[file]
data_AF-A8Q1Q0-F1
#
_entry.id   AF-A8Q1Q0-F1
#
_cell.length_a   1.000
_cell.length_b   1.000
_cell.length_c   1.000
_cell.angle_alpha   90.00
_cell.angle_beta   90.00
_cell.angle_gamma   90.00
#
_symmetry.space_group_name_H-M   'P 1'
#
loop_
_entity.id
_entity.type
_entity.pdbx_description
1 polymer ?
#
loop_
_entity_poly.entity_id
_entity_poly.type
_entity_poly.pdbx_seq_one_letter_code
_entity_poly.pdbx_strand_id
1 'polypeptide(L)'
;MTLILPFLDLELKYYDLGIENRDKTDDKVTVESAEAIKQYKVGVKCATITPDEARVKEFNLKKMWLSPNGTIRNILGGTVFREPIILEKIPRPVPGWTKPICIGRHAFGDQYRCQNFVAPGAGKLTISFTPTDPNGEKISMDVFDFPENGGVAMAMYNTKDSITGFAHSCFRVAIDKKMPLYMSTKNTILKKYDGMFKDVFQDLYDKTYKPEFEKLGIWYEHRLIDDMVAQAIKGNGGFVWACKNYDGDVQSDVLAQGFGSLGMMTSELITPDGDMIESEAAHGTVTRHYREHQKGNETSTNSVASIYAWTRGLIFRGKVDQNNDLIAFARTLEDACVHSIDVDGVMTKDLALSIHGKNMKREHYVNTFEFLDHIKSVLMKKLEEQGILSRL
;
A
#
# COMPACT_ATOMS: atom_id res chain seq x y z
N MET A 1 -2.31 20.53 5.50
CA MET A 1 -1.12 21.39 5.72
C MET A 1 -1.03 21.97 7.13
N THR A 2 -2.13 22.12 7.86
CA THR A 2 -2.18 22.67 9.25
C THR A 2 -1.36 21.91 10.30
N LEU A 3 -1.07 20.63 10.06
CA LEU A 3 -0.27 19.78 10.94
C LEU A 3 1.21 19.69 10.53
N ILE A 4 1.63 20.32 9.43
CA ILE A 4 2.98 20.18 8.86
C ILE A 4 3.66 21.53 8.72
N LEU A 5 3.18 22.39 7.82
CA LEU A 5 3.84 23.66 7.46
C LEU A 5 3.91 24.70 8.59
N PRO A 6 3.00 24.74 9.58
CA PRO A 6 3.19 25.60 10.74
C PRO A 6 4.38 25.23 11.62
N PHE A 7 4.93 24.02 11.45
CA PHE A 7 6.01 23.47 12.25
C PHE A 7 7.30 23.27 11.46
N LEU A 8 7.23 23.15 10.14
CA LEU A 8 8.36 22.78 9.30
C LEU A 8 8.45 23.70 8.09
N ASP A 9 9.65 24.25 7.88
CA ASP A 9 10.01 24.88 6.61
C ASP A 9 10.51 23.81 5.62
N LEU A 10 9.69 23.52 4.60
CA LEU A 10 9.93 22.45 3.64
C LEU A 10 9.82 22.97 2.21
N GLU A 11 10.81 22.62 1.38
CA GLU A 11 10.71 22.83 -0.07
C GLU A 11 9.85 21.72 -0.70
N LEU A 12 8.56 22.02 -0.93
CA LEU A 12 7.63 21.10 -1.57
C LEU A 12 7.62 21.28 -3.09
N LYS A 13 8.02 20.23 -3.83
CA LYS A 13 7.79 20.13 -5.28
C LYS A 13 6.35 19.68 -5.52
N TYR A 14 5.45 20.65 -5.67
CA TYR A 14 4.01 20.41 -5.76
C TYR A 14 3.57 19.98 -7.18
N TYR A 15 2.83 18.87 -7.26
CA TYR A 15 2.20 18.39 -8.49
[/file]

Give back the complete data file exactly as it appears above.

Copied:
data_AF-A8Q1Q0-F1
#
_entry.id   AF-A8Q1Q0-F1
#
_cell.length_a   1.000
_cell.length_b   1.000
_cell.length_c   1.000
_cell.angle_alpha   90.00
_cell.angle_beta   90.00
_cell.angle_gamma   90.00
#
_symmetry.space_group_name_H-M   'P 1'
#
loop_
_entity.id
_entity.type
_entity.pdbx_description
1 polymer ?
#
loop_
_entity_poly.entity_id
_entity_poly.type
_entity_poly.pdbx_seq_one_letter_code
_entity_poly.pdbx_strand_id
1 'polypeptide(L)'
;MTLILPFLDLELKYYDLGIENRDKTDDKVTVESAEAIKQYKVGVKCATITPDEARVKEFNLKKMWLSPNGTIRNILGGTVFREPIILEKIPRPVPGWTKPICIGRHAFGDQYRCQNFVAPGAGKLTISFTPTDPNGEKISMDVFDFPENGGVAMAMYNTKDSITGFAHSCFRVAIDKKMPLYMSTKNTILKKYDGMFKDVFQDLYDKTYKPEFEKLGIWYEHRLIDDMVAQAIKGNGGFVWACKNYDGDVQSDVLAQGFGSLGMMTSELITPDGDMIESEAAHGTVTRHYREHQKGNETSTNSVASIYAWTRGLIFRGKVDQNNDLIAFARTLEDACVHSIDVDGVMTKDLALSIHGKNMKREHYVNTFEFLDHIKSVLMKKLEEQGILSRL
;
A
#
# COMPACT_ATOMS: atom_id res chain seq x y z
N MET A 1 -2.31 20.53 5.50
CA MET A 1 -1.12 21.39 5.72
C MET A 1 -1.03 21.97 7.13
N THR A 2 -2.13 22.12 7.86
CA THR A 2 -2.18 22.67 9.25
C THR A 2 -1.36 21.91 10.30
N LEU A 3 -1.07 20.63 10.06
CA LEU A 3 -0.27 19.78 10.94
C LEU A 3 1.21 19.69 10.53
N ILE A 4 1.63 20.32 9.43
CA ILE A 4 2.98 20.18 8.86
C ILE A 4 3.66 21.53 8.72
N LEU A 5 3.18 22.39 7.82
CA LEU A 5 3.84 23.66 7.46
C LEU A 5 3.91 24.70 8.59
N PRO A 6 3.00 24.74 9.58
CA PRO A 6 3.19 25.60 10.74
C PRO A 6 4.38 25.23 11.62
N PHE A 7 4.93 24.02 11.45
CA PHE A 7 6.01 23.47 12.25
C PHE A 7 7.30 23.27 11.46
N LEU A 8 7.23 23.15 10.14
CA LEU A 8 8.36 22.78 9.30
C LEU A 8 8.45 23.70 8.09
N ASP A 9 9.65 24.25 7.88
CA ASP A 9 10.01 24.88 6.61
C ASP A 9 10.51 23.81 5.62
N LEU A 10 9.69 23.52 4.60
CA LEU A 10 9.93 22.45 3.64
C LEU A 10 9.82 22.97 2.21
N GLU A 11 10.81 22.62 1.38
CA GLU A 11 10.71 22.83 -0.07
C GLU A 11 9.85 21.72 -0.70
N LEU A 12 8.56 22.02 -0.93
CA LEU A 12 7.63 21.10 -1.57
C LEU A 12 7.62 21.28 -3.09
N LYS A 13 8.02 20.23 -3.83
CA LYS A 13 7.79 20.13 -5.28
C LYS A 13 6.35 19.68 -5.52
N TYR A 14 5.45 20.65 -5.67
CA TYR A 14 4.01 20.41 -5.76
C TYR A 14 3.57 19.98 -7.18
N TYR A 15 2.83 18.87 -7.26
CA TYR A 15 2.20 18.39 -8.49